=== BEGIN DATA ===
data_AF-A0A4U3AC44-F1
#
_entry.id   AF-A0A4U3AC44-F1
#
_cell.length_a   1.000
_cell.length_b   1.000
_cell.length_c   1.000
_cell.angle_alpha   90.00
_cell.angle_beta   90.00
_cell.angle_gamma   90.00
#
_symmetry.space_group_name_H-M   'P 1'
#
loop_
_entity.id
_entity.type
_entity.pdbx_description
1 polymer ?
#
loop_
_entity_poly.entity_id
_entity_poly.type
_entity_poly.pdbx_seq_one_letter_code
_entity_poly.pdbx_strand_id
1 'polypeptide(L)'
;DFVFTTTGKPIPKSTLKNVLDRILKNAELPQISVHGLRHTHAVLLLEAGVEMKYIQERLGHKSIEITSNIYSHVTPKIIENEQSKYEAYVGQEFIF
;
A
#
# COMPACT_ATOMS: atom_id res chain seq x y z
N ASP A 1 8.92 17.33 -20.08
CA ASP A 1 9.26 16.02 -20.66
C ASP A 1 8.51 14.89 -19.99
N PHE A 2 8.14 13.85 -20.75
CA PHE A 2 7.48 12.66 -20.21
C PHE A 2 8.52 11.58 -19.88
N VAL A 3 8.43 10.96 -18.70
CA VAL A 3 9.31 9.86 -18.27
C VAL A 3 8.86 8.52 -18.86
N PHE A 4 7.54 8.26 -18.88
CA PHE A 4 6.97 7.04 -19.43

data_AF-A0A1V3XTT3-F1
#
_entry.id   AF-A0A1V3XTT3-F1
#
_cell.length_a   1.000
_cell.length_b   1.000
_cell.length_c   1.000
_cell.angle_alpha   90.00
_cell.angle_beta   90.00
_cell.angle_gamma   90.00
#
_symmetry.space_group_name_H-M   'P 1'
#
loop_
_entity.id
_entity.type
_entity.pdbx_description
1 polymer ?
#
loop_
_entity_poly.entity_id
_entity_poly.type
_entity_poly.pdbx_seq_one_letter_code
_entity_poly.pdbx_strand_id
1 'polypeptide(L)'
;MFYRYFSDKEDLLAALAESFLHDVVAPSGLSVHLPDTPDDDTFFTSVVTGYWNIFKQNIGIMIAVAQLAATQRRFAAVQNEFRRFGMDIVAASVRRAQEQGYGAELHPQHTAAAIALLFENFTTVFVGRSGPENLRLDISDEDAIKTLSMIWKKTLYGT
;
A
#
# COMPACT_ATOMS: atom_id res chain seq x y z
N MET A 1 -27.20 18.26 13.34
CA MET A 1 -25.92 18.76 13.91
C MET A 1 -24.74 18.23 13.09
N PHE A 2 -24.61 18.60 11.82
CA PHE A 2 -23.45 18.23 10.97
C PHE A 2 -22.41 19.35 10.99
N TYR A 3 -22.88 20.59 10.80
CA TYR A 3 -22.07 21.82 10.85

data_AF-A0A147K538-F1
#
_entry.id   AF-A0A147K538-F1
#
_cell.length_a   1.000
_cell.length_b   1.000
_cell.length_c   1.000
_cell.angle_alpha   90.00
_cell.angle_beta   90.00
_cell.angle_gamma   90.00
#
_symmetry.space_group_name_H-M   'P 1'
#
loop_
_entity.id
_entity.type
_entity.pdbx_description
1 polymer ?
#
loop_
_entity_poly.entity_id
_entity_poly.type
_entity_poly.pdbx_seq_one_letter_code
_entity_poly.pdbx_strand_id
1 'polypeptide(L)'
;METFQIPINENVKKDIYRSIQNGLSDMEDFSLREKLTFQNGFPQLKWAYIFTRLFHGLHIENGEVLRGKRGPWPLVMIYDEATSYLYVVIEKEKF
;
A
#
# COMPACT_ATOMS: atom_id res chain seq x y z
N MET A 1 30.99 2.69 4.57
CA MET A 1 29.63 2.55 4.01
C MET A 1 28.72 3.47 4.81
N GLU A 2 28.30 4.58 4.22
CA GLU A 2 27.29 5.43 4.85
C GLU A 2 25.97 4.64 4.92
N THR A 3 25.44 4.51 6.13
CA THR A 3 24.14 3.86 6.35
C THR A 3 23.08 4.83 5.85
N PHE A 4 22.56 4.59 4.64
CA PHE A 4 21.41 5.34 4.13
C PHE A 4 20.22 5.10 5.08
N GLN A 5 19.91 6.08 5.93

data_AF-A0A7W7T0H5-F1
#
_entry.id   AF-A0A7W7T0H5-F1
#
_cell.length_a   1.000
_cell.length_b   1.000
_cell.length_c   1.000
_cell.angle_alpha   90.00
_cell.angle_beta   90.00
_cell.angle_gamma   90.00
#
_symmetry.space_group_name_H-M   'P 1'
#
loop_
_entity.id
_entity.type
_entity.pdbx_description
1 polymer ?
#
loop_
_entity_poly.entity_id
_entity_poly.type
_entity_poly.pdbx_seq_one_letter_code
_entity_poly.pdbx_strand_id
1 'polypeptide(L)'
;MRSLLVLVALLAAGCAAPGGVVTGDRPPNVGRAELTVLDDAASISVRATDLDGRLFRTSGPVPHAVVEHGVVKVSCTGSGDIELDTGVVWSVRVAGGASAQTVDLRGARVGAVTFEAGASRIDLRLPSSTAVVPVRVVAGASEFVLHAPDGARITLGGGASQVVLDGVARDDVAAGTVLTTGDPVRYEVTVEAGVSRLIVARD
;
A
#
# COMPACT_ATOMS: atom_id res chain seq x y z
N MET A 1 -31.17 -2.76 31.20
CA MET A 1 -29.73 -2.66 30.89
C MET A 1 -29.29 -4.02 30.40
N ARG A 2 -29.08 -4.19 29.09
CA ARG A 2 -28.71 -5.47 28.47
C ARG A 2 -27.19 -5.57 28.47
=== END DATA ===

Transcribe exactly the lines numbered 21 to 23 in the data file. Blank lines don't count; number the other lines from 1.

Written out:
_entity_poly.entity_id
_entity_poly.type
_entity_poly.pdbx_seq_one_letter_code